Eulogized on November 12, 2018
As you know, my mother Helen Kirschner was born in 1936. The second of three children, she worked in her youth as a telephone operator for AT & T. She got married and gave birth to five children. She later found work at a local elementary school and played the organ at her church. Eventually she retired, enjoyed spending time with her family and friends, and then ultimately, she died.
But what you probably don’t know, was what seemed like just an ordinary life was, in fact, an extraordinary story of love, laughter and music. It’s a story that could rival any show on Broadway. Also, what many of you probably didn’t know was that each of us here today played an important role, an unforgettable character in one of the greatest shows ever. That show was titled “Helen Kirschner: The Musical”.
Upon meeting my mother, you could certainly say she was a truly unique character. She was the ultimate leading lady, displaying the quirky charm of Sweet Charity’s namesake ingenue, presenting the fierce tenacity of Gypsy’s Mama Rose, and possessing the artistic passion of The Phantom of the Opera’s Angel of Music, Christine. She was a triple threat to be sure. Or more succinctly, she was “one singular sensation”.
“Helen Kirschner: The Musical” told the story of a woman who touched the lives of everyone she met. In the beginning of the show, like a scene right out of Rogers and Hammerstein’s Oklahoma, Helen left the comfort of her rural homestead to make her way in the world, armed with an infectious smile, twinkling blue eyes, a kind heart, and a deep love for music.
The young fetching catholic school girl soon crossed paths with a rough and ready guy from over the river. With his hair greased back, and his cigarette pack rolled up in the t-shirt sleeve, they appeared to be total opposites. And just like Danny and Sandy from Grease, Helen and my father, John, spent those summer nights at the shore, proclaiming to one another “You’re the One That I Want.”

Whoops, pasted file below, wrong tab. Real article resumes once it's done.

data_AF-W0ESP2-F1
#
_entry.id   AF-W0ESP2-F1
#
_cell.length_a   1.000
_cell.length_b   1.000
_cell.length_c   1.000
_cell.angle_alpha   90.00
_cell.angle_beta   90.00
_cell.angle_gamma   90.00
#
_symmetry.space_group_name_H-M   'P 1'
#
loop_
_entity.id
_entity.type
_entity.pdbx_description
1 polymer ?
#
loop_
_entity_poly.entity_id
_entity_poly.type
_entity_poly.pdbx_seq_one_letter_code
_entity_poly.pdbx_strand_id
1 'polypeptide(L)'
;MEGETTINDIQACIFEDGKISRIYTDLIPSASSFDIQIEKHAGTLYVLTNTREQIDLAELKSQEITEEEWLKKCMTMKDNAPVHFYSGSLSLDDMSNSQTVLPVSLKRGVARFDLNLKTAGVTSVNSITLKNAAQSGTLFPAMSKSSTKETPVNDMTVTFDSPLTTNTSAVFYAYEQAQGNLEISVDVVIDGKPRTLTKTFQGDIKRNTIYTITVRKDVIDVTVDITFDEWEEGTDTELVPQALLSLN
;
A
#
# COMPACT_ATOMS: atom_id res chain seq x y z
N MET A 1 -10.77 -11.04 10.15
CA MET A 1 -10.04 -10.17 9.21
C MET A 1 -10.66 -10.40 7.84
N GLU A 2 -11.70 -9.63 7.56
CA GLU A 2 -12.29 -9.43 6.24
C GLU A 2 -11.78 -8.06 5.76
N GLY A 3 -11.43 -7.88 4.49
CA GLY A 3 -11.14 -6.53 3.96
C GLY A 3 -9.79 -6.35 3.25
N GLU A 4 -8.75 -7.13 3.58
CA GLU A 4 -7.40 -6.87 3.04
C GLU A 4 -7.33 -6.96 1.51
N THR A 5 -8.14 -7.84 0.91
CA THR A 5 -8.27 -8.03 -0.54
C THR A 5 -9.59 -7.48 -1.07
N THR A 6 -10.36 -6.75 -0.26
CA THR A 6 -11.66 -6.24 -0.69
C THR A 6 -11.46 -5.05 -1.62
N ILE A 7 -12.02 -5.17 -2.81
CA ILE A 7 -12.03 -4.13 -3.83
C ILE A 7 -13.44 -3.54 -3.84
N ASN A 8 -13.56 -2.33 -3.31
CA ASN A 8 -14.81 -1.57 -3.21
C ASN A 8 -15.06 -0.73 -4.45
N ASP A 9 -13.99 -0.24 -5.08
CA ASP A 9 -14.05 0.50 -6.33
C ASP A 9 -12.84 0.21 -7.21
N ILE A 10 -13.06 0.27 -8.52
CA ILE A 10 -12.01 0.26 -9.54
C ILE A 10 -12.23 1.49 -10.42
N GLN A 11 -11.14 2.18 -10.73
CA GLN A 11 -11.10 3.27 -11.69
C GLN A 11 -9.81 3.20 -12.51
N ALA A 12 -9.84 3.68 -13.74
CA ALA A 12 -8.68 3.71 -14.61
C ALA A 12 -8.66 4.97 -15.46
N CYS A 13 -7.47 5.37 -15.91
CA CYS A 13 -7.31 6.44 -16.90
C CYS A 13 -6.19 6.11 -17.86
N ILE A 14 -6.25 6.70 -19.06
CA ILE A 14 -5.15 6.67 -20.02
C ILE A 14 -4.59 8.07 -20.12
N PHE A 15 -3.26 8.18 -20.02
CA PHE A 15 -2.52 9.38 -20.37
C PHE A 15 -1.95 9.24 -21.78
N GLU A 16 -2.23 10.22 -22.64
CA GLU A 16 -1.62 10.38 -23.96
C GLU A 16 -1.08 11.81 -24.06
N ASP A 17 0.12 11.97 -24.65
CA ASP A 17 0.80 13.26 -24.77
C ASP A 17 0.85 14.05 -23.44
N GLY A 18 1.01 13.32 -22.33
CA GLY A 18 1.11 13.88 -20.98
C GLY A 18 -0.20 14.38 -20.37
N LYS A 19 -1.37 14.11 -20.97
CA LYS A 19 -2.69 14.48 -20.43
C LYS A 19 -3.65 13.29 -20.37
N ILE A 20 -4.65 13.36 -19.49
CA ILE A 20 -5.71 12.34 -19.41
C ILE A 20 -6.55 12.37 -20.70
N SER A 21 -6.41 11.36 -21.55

Soon after the marriage, the children arrived. My mother gathered us around her piano, and much like Julie Andrews’ Maria from The Sound of Music, she too taught my siblings and I to love music, as well as “Do-Re-Me”. Time went on, and each of us five children developed our own musical gifts. Channeling Shirley Jones, Mom was the leader of our rag-tag, South Jersey-based Partridge Family-like band. Oldest son Johnny banged the drums, sister Pasty blew trumpet, middle son Danny headbanged on both the drums, younger brother Ray wailed on the clarinet, and yours truly, little Leo tickled the ivories of the piano. Father would tap his toes, and bounce the tooth pick dangling from his teeth to the music created by us, the music inspired by our mother.
When we were old enough, Helen returned to work, this time as a cafeteria staff member at the local elementary school. And as sure as she served pizza every Friday, she proudly became a caring and comforting presence for literally thousands of local school children for over 25 years. Sadly, to the best of my knowledge, none of her students ever broke out into a splashy chorus of “Food, Glorious Food” in the cafeteria like those dancing orphans in Oliver. She played organ at her local church, as well as providing piano accompaniment for the student choruses and ensembles preforming in annual Spring and Winter school concerts for many years. She was scoring the soundtrack for other as well as for us.